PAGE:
I work in a small firm of consultants as a Junior. We work in a small office with no more than 15 people.

We get along just fine but I don't think I should cover him up since it's getting in the way of my work and deadlines. He wasn't the one who revealed this to me but a other coworker who is in cahoots with him. I could've just go to my boss and expose him but had no way to prove it; until I sniffed the network and found his method (which I don't think he knows he's using - he's no more than a script kiddie. Not that I'm better but I can grasp what he's doing) of attack which is simply ARP poisoning from his Smartphone. What's ARP poisoning/spoofing? An attack where an user in a network (Called man in the middle) intercepts all the packages, effectively denying communication between two parties (Denial of service) or steal them to get some info, he's doing the first. This is achieved, in this case, with an application whose name I don't know but 'Wifi killer' is an example.

I'm a bit of a coward but don't know if outright tell my boss or simply send him the proofs anonymously. What would people here recommend I do?

Edit: Thanks to everyone for your feedback. I know see that simply by raising this concern and let someone more apt to take it from there is the best course of action, and I will try it.

  • 1
    Could you explain in a few words what he is doing for those of us who are not in IT? What are the consequences- a major security risk, or just getting free Netflix?
    – Damila
    Jul 17, 2019 at 16:01
  • Sure, Ill get on my pc to clarify and add more context
    – NoviceMav
    Jul 17, 2019 at 16:03
  • Does your company have an IT Security person (or contracted outsourcer)? They'll be more interested than your boss. Your boss won't care too much unless he's capturing packets which have unencrypted confidential information in them (and even then, it'll take a long time to explain to your boss what is happening, and why it's an issue).
    – PeteCon
    Jul 17, 2019 at 16:10
  • @PeteCon we don't hav one. SHould I try to explain to him what's happening or what I suspect is happening, so he could call one?
    – NoviceMav
    Jul 17, 2019 at 16:12
  • 8
    Why is your co-worker attacking the network? Out of spite against the company or the boss or someone else whose work is being disrupted? Just as a juvenile prank? Trying to make a point about how easy it is or how bad security is at the company? Do you even know why they might be doing what they're doing?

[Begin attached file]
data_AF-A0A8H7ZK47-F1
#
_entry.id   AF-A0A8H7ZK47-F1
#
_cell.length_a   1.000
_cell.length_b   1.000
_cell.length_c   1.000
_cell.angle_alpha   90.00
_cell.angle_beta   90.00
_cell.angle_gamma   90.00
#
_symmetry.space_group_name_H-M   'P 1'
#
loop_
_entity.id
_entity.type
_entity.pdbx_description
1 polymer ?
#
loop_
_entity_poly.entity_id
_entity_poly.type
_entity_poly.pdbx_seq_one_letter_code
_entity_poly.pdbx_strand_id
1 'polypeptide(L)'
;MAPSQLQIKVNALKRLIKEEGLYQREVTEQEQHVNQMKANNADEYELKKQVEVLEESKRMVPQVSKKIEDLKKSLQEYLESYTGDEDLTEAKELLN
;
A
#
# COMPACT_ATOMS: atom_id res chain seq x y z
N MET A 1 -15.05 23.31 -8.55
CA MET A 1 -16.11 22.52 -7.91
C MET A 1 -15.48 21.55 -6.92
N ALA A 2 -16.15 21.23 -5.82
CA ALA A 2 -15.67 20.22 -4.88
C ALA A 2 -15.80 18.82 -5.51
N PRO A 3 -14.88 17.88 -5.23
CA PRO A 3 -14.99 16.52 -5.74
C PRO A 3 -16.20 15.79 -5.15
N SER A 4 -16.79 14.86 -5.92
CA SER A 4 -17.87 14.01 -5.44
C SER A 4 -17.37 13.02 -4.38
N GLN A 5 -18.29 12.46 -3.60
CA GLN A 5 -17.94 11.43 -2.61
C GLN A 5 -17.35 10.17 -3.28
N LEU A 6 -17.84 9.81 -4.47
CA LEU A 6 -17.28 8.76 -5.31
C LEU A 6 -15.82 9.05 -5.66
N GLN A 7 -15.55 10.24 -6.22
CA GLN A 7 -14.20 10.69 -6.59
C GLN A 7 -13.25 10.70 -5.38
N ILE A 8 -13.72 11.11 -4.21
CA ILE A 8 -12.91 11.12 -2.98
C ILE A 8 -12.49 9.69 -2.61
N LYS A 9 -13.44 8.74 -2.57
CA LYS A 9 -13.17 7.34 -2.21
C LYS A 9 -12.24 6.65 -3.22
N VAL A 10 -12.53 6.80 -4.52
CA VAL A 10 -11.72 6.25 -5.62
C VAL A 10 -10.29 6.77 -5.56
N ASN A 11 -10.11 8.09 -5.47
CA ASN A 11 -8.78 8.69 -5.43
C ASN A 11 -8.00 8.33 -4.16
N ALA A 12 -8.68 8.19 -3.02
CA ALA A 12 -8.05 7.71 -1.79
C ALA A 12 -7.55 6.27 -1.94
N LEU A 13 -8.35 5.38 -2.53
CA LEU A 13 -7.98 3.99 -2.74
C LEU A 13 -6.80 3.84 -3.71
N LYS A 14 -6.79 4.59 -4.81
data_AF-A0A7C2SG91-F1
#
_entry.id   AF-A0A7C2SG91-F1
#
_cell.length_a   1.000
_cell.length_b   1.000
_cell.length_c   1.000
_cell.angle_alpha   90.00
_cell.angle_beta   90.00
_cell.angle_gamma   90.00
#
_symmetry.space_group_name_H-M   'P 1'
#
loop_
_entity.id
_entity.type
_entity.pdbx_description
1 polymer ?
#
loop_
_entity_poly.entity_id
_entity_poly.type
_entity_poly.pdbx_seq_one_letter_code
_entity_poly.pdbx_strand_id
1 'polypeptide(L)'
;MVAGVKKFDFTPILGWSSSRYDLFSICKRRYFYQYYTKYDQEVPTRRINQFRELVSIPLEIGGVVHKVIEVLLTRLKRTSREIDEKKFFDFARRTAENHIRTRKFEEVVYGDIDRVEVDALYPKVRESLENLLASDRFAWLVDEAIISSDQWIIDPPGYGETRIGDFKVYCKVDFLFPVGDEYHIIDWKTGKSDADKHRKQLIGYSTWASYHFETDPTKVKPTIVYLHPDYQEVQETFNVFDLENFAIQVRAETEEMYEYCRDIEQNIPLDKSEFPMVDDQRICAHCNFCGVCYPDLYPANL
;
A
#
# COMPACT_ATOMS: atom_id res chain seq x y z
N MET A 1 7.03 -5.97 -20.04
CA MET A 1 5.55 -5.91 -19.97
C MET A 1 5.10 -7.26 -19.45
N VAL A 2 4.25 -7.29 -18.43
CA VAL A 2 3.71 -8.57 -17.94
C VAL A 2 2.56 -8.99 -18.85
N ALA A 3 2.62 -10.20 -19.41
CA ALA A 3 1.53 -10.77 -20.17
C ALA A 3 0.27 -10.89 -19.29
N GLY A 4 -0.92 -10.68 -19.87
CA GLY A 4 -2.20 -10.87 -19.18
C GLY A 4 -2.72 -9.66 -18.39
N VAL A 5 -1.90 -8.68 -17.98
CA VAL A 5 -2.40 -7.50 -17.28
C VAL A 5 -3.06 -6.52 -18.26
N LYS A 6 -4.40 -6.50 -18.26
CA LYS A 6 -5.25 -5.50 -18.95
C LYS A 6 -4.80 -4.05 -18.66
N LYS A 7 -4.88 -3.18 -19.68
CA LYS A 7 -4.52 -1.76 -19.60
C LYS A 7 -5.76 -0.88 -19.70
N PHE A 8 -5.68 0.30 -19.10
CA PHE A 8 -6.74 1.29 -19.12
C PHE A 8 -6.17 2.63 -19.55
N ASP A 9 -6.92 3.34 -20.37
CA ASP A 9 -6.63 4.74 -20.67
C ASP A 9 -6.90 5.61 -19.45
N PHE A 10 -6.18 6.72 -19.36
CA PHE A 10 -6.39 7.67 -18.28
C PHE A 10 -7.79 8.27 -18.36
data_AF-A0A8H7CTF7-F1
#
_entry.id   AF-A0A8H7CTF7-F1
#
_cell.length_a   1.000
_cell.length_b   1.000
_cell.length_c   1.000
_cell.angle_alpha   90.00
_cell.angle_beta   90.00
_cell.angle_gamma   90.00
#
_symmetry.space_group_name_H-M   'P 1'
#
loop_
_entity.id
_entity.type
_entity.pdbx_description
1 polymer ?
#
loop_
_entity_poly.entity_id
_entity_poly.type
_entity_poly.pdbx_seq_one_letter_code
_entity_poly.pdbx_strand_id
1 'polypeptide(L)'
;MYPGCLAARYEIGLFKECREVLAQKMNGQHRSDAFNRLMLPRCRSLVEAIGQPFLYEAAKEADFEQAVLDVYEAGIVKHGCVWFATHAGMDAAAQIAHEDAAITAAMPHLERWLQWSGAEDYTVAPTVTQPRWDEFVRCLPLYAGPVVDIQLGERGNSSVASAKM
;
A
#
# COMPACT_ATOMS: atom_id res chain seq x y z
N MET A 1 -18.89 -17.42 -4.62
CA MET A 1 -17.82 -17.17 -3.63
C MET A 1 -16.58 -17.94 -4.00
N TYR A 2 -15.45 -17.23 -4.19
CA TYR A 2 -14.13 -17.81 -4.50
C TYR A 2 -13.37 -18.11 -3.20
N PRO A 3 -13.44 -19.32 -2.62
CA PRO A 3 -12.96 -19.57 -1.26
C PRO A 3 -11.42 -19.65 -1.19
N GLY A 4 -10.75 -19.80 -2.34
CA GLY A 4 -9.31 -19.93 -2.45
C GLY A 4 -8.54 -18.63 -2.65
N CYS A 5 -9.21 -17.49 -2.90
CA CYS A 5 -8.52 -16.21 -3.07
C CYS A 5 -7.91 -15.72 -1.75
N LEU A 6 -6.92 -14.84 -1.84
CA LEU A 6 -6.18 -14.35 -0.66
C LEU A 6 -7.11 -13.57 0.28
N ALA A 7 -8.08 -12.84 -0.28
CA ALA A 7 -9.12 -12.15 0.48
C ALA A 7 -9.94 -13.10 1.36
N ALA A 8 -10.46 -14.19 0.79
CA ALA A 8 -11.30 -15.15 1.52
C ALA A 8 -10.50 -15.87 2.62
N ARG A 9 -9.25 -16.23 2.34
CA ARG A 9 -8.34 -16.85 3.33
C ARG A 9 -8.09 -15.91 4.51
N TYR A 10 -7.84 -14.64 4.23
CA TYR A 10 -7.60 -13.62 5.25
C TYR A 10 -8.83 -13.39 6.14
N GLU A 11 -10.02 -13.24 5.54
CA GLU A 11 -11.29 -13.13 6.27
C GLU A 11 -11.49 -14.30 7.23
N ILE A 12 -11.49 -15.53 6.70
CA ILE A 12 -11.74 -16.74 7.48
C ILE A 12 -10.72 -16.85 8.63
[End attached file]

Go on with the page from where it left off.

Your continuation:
– filbranden
    Jul 17, 2019 at 16:42

6 Answers 6


Just stay factual, do not put blame on anyone. Report what happend: you cannot make your deadlines, because the WLAN breaks down too often. Make sure you have recorded when this happens and why that's a problem for you.

Then let whoever's job it is take the problem from there. Maybe your coworker will be found out. Maybe they'll stop if they know somebody is looking into it. Either way your direct problem is solved, the WLAN is working again.

  • I would be concerned about the IT team that is not able to spot these network problems when it is likely impacting everyone.
    – Joe W
    Jul 17, 2019 at 22:06
  • An office of "no more than 15 people" might not have a IT team at all.
    – GittingGud
    Jul 18, 2019 at 6:58
  • This seems to be far too casual of a response to someone boring a hole in your boat. Jul 22, 2019 at 15:50

I think this a bit more serious than you understand. Let me try to give you an analogy.

You're a cook in a large kitchen. Every once in awhile, you can't cook potatoes because the oven doesn't work - and you just found out that the reason is because another chef is tinkering around the electric transformer for the city block during their breaks.

Your response shouldn't be, "Hey, don't mess around with that transformer because you're setting back my potato cooking." Your response should be, "Holy *#$%, what the *#%% are you doing screwing around with that transformer!" and uneasily wondering what other problems his escapades are causing.

Your coworker is dinking around with the LAN and doing script-kiddie stuff on it. Why on earth are you only worried about your ability to do your job? Why aren't you worried about him intercepting sensitive data? Why aren't you worried about him hacking the databases? Why aren't you worried about him performing malicious acts on the company data and apps? Why aren't you worried about him ransomwaring?

To be honest, this goes way above "coworker" at this point. If I found out about this at any of the companies I would work for, I would:

  1. Actively and aggressively push management for Pen-Testing consultants to come in.